Winemaking Online Class, Lesson Three at WSU

I must be getting use to the science, at least the chemistry, part of the class. The third class explored fermentation or the fermentation done by yeast rather than other winemaking fermentations. I thought it was interesting to note that the temperature of the must rises by 1.3º C for each Brix fermented. I am also getting use to the metric system, however, they still use gallons. The fermentation biochemistry slide was a bit beyond my interest. I’m satisfied with put the yeast in and let it work while you monitor the readings to make sure it’s happy.

I was under the impression that some yeasts can tolerate higher alcohol percentages beyond 14%. This class seemed to disagree with that stating that yeasts will die of once the alcohol reaches 14%. I’ve had some 15% alcohol wines and was wondering about the techniques winemakers use to increase the alcohol beyond 14%.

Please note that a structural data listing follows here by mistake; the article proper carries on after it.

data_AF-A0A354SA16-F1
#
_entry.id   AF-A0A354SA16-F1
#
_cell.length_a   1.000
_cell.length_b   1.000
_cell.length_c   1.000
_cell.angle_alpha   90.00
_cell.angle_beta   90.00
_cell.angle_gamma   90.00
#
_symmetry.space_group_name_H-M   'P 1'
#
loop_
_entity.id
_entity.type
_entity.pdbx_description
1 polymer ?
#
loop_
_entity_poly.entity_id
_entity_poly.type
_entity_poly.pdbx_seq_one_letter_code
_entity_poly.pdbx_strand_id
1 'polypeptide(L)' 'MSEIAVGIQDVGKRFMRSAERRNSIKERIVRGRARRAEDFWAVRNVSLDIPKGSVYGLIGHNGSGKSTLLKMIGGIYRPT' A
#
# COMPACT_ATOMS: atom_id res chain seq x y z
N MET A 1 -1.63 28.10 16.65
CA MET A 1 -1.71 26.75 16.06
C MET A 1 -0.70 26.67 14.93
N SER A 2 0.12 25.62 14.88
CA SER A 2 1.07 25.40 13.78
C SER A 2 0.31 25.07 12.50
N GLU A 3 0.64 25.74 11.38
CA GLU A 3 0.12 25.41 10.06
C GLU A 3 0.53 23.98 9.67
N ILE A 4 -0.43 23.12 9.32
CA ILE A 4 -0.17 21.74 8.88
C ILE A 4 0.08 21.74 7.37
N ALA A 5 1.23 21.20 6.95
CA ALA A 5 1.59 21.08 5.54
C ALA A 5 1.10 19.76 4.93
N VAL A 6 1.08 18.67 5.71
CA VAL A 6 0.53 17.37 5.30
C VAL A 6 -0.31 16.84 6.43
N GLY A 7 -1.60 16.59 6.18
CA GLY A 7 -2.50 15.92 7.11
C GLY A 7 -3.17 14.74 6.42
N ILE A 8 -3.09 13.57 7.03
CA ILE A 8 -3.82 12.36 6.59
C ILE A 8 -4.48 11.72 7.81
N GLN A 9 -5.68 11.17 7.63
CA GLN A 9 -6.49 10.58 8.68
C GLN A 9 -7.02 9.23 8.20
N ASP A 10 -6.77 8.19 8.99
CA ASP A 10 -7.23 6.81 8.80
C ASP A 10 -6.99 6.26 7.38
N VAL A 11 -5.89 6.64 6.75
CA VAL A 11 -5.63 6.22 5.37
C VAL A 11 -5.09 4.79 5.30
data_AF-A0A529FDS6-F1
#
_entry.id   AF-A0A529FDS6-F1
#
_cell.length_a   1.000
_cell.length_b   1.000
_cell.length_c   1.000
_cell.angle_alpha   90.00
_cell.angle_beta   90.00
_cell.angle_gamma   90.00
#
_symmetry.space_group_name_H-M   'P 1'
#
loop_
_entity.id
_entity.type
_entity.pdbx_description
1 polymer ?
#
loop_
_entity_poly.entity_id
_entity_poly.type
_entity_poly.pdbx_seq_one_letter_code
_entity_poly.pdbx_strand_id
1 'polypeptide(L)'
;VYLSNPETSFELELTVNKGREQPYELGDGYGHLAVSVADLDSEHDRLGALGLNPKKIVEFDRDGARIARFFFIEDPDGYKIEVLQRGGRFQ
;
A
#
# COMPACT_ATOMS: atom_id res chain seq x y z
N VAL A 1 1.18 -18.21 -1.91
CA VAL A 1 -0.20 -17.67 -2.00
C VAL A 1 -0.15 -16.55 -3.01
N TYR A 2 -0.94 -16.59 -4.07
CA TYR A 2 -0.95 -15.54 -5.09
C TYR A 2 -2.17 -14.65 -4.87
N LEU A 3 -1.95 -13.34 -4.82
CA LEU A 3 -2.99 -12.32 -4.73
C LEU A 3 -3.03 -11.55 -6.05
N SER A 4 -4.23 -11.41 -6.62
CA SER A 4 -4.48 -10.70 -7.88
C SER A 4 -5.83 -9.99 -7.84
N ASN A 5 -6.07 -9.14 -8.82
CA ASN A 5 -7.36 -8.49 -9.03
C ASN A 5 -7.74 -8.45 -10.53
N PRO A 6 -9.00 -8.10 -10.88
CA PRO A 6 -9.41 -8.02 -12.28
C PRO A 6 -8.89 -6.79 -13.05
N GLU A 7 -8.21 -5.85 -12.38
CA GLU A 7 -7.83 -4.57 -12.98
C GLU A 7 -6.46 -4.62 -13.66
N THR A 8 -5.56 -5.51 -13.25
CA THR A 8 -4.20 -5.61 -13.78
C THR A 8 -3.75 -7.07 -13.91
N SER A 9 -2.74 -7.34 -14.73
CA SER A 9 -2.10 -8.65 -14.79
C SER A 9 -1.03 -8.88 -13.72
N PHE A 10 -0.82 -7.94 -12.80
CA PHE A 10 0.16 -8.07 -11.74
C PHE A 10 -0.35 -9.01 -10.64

The class discussed ways to regulate fermentation temperatures and carbon dioxide. Did you know that a 10,000 gallon tank of Chardonnay will put off 51,000,000 liters of carbon dioxide. That’s a lot. No wonder winemakers have to be careful about adequate ventalation. There was some discussion of wine yeasts (Saccharomyces) verses wild yeast. The class also looked at the criteria for selecting the yeast. Another misconception that I had was that different yeasts could cause different aromas in the wine. The class refuted this claiming that carbon dioxide blows off most yeast volatiles during fermentation. They did point out that wild yeasts are an exception.

The class concluded with discussions of stuck and stinky fermentations. They offered suggestions of what to do at the beginning so you don’t have these proplems as well as what to do if you do have these problems.

Chris Pearmund at Vint Hill Craft Winery showed me a copy of the 2009 Fermentation Handbook published by Scott Laboratories. You can download the pdf file. This handbook is a good reference for this class.

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